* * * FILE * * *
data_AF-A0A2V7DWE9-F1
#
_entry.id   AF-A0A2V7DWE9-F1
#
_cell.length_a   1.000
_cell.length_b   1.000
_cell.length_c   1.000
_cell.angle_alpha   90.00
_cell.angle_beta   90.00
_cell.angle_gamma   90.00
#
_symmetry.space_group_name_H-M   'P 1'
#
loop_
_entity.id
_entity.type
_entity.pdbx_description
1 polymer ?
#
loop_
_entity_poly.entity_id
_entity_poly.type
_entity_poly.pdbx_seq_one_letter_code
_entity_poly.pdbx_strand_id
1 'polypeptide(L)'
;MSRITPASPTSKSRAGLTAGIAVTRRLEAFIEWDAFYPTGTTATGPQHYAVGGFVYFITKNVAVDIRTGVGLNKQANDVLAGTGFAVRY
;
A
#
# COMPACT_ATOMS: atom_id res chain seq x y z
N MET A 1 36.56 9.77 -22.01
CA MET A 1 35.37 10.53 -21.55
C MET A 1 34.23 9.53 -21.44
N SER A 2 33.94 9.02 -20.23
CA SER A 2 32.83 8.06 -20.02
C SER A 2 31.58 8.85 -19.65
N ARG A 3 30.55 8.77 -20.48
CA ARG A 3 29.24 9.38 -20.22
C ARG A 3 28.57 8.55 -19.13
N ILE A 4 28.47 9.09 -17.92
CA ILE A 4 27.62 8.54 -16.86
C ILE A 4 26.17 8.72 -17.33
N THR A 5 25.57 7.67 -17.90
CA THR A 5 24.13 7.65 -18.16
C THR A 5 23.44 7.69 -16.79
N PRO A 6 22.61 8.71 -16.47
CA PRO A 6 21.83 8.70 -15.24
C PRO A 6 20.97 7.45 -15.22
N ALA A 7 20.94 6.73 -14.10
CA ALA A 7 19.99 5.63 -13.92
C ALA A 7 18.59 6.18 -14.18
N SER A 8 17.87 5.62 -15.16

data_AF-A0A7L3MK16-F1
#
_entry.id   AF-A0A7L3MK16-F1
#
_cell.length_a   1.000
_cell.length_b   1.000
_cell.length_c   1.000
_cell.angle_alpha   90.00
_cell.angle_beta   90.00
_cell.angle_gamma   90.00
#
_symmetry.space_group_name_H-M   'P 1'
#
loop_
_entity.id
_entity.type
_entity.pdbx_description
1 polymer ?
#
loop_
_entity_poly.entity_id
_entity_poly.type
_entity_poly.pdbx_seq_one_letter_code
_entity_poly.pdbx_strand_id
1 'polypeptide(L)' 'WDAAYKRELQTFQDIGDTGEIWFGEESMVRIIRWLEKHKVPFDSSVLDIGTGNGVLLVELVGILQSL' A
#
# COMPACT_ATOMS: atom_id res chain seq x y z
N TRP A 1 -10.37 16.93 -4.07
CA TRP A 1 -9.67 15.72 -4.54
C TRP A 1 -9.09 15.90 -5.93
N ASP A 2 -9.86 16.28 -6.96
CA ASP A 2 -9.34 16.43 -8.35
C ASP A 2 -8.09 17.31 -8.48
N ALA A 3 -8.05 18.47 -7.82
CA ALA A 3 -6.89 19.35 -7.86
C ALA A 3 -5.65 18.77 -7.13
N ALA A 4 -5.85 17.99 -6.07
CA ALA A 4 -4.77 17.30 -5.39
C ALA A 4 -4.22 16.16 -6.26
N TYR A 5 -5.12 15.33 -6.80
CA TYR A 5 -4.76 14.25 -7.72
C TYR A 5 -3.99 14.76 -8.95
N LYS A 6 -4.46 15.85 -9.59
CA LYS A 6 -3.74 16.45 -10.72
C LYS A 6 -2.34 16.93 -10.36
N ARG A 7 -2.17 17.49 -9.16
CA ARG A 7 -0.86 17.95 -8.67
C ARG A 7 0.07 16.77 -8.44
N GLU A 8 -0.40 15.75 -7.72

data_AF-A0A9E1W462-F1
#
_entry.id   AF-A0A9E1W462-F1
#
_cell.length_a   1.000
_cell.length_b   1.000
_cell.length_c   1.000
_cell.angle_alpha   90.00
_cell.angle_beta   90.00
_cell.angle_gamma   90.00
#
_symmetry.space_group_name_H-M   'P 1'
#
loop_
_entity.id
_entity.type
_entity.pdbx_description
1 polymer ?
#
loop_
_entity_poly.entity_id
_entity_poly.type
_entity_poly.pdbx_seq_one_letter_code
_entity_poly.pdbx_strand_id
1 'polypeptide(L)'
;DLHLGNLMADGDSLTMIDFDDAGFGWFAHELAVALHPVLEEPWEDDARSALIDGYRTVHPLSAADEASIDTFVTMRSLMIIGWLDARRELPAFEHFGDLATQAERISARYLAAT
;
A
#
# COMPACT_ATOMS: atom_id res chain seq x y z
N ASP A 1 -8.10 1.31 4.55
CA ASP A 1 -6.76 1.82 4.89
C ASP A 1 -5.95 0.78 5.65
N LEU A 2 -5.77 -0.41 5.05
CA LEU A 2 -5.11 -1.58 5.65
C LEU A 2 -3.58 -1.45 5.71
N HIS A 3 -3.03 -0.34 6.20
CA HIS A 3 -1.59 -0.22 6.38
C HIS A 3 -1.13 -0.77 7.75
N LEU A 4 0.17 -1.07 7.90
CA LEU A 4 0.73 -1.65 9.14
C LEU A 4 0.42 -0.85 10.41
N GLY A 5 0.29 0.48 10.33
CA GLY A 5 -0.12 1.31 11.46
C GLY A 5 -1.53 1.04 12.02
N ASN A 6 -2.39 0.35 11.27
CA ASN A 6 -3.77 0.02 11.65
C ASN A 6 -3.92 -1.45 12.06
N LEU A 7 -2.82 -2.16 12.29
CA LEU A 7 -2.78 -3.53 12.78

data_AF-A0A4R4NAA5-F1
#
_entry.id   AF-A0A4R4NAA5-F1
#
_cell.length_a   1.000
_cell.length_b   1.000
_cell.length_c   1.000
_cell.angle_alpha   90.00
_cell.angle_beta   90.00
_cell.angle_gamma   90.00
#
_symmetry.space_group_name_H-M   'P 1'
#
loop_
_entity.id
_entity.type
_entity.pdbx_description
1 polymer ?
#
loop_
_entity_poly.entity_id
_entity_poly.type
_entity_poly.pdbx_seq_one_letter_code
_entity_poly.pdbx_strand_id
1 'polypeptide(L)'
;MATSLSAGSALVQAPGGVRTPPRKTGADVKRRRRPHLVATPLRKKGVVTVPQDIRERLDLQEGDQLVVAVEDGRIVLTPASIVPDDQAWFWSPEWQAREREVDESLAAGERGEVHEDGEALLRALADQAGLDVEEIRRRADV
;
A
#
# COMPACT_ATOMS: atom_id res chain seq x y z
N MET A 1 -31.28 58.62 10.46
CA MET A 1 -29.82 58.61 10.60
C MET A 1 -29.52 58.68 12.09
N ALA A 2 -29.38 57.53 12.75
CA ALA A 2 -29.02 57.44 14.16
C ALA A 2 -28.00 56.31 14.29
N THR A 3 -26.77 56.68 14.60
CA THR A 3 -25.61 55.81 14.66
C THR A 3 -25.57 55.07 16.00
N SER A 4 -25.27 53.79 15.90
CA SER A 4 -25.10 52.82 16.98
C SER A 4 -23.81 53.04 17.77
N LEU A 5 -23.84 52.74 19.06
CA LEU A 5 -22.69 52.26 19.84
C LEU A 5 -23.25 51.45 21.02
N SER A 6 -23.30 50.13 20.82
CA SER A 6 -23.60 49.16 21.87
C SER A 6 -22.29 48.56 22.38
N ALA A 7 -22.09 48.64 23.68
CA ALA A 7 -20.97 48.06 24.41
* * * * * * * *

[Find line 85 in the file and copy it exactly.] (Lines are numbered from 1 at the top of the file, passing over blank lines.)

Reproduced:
C ASP A 2 -8.09 17.31 -8.48